'Pearl Harbor' DVD offers more gore
An R-rated version of the story behind the Japanese air attack that launched U.S. involvement in World War II will be contained in the deluxe multi-DVD set ($39.99).
When "Harbor" (which was filmed partly in Hawai'i) opened in May, he expressed regret that the horrors were muffled by PG-13, the family-friendly rating required by his agreement with Disney. He said then, "I would have liked to have made this movie more violent."
Now he has. Although the 40-minute sequence of the actual bombing was the most praised in the film, "I think it will have more of a profound effect," Bay says. "The gore that has been interspersed gives you a moment to pause. It makes it more real."
Only four or five minutes will be added to the original's 183-minute running time, but scenes will be cut and replaced with more graphic alternatives that were shot at the same time. "There will be more R-rated setups in the hospital, the kind of stuff that unsettles the stomach. You'll see that a 50mm round can cut a body in half. You don't need a lot to get the point across."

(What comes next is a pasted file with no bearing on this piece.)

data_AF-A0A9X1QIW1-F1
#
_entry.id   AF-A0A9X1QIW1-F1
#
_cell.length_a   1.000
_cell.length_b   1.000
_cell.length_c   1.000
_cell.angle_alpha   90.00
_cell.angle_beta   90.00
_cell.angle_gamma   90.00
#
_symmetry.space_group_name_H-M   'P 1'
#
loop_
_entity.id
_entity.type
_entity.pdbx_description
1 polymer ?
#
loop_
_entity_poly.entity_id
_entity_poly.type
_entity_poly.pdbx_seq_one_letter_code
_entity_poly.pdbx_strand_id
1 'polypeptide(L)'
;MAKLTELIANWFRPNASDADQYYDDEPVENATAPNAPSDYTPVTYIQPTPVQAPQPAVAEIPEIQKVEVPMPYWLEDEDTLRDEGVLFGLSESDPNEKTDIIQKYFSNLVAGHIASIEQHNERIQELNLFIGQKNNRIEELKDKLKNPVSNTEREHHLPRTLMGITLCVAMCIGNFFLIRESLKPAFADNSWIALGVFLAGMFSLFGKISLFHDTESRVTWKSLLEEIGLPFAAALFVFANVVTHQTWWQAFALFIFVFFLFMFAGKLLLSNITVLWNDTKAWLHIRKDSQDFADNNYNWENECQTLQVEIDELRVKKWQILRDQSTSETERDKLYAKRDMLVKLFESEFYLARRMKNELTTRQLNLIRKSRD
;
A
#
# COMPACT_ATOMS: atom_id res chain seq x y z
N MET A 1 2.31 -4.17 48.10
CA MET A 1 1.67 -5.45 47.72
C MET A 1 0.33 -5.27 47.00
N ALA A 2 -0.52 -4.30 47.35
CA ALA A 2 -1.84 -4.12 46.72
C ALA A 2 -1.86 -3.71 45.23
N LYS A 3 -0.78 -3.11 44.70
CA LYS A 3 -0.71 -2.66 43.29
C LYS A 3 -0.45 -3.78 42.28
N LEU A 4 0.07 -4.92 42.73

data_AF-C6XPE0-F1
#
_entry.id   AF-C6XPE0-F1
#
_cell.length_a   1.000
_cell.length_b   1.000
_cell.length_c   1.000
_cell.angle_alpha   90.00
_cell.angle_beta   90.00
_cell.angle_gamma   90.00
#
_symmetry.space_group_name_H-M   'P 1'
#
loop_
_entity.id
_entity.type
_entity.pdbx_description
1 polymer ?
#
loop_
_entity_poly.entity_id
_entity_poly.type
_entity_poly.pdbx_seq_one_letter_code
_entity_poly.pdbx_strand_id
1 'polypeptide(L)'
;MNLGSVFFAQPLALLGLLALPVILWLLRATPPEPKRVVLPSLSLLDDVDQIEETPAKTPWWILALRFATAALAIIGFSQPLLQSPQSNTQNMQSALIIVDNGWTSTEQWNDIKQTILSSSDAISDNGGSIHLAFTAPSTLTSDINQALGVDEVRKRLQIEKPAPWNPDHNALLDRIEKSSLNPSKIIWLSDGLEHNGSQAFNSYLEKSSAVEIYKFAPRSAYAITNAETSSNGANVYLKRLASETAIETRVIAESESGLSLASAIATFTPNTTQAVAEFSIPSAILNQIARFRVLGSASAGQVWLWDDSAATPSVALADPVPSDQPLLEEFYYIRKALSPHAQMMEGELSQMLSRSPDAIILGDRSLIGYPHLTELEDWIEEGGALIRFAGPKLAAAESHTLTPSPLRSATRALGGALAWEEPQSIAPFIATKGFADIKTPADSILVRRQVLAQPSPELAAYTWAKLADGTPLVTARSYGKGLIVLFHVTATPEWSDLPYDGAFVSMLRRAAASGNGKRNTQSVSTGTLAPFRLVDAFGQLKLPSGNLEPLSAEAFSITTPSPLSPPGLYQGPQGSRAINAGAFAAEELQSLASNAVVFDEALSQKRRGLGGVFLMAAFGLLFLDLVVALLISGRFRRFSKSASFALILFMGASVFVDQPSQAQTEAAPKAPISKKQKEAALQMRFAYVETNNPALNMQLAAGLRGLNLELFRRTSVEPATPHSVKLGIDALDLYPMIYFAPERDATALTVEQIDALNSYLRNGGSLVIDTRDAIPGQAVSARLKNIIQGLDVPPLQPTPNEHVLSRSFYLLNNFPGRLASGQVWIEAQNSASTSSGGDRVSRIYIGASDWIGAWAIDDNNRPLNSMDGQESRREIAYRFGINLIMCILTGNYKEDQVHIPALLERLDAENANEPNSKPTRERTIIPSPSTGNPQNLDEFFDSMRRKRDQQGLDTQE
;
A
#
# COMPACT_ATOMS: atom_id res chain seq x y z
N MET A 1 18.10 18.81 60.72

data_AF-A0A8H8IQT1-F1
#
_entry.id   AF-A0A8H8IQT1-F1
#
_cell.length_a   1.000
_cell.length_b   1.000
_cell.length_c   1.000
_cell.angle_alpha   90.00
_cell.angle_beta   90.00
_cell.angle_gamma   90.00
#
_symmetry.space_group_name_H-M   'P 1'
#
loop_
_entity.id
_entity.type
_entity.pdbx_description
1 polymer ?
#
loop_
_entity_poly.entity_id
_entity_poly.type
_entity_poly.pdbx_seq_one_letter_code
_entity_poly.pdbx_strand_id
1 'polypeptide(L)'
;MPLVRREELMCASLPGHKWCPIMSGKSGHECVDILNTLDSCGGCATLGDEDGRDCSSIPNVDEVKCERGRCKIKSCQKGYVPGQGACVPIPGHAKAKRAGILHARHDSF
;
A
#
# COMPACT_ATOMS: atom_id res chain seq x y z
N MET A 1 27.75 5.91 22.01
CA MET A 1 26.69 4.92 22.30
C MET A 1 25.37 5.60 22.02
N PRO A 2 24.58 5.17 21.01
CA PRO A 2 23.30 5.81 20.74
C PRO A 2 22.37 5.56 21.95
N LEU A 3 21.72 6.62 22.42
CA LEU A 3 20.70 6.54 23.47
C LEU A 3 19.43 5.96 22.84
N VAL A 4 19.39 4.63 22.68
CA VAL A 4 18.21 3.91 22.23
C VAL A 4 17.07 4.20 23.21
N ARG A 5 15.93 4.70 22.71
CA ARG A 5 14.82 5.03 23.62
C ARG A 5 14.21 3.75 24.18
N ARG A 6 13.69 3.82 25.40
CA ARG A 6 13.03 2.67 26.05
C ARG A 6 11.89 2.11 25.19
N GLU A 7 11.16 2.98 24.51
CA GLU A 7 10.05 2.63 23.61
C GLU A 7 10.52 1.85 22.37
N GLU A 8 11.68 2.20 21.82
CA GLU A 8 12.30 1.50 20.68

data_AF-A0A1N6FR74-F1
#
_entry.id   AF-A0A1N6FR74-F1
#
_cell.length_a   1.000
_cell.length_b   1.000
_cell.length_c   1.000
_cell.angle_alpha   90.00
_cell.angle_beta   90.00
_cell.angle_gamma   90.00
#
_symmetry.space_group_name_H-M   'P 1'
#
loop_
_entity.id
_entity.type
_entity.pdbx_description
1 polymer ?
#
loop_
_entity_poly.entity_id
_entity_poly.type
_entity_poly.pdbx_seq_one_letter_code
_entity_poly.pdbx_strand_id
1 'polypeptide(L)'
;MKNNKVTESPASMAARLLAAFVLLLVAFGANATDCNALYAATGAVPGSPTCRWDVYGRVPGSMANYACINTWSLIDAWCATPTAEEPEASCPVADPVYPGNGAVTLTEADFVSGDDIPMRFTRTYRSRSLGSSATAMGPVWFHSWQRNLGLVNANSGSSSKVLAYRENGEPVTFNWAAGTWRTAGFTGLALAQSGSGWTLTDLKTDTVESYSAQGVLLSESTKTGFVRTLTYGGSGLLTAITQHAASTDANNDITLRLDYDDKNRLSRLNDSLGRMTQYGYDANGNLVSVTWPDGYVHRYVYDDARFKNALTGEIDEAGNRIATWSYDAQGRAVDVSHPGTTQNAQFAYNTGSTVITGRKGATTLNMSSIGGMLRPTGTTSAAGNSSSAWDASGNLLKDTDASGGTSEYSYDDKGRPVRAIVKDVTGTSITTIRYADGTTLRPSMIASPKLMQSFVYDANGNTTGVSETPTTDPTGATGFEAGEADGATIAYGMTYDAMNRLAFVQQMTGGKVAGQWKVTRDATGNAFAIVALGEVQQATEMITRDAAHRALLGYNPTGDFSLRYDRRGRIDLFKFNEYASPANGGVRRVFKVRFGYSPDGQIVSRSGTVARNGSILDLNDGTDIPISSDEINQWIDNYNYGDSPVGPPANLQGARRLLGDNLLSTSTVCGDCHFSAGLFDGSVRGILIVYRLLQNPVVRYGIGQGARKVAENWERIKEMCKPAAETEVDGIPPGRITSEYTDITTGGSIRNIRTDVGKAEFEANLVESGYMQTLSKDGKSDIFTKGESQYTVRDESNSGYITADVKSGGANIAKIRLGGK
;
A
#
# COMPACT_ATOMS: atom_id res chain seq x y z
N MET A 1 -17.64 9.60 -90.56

The language will be stronger, including more slurs against the Japanese.
The love triangle involving nurse Kate Beckinsale and pilots Josh Hartnett and Ben Affleck will be downplayed, and the focus will shift to the men's friendship. "The DVD cut is more male-oriented," Bay explains. Hence, the addition of a shot of Beckinsale's derriere.
Other features in the DVD collection that has more than 12 hours of extras: audio commentary by Bay, the actors, producer Jerry Bruckheimer and members of the tech crew; a breakdown of the attack sequence; and a segment on the boot camp endured by the cast.
The video and DVD release of the PG-13 version will be available on Dec. 4, and both double sets (VHS, $24.99; DVD, $29.99) will include a documentary on the attack, plus the Faith Hill music clip "There You'll Be." Gift editions (VHS, $39.99; DVD, $49.99) will add a National Geographic special.
Bay is urging Disney to rerelease the R-rated version in theaters timed to the 60th anniversary of the bombing on Dec. 7. "It's a shame not to have a chance to see it on the big screen."
As the film closes in on $400 million worldwide, Bay is able to shrug off how "Pearl Harbor" has been labeled a disappointment. "It is all about people's perceptions." He also hopes that his director's cut will satisfy those who accused him of turning a tragic event into a bloodless video game. With the DVD market exploding, "This is where movies will maintain most of their life."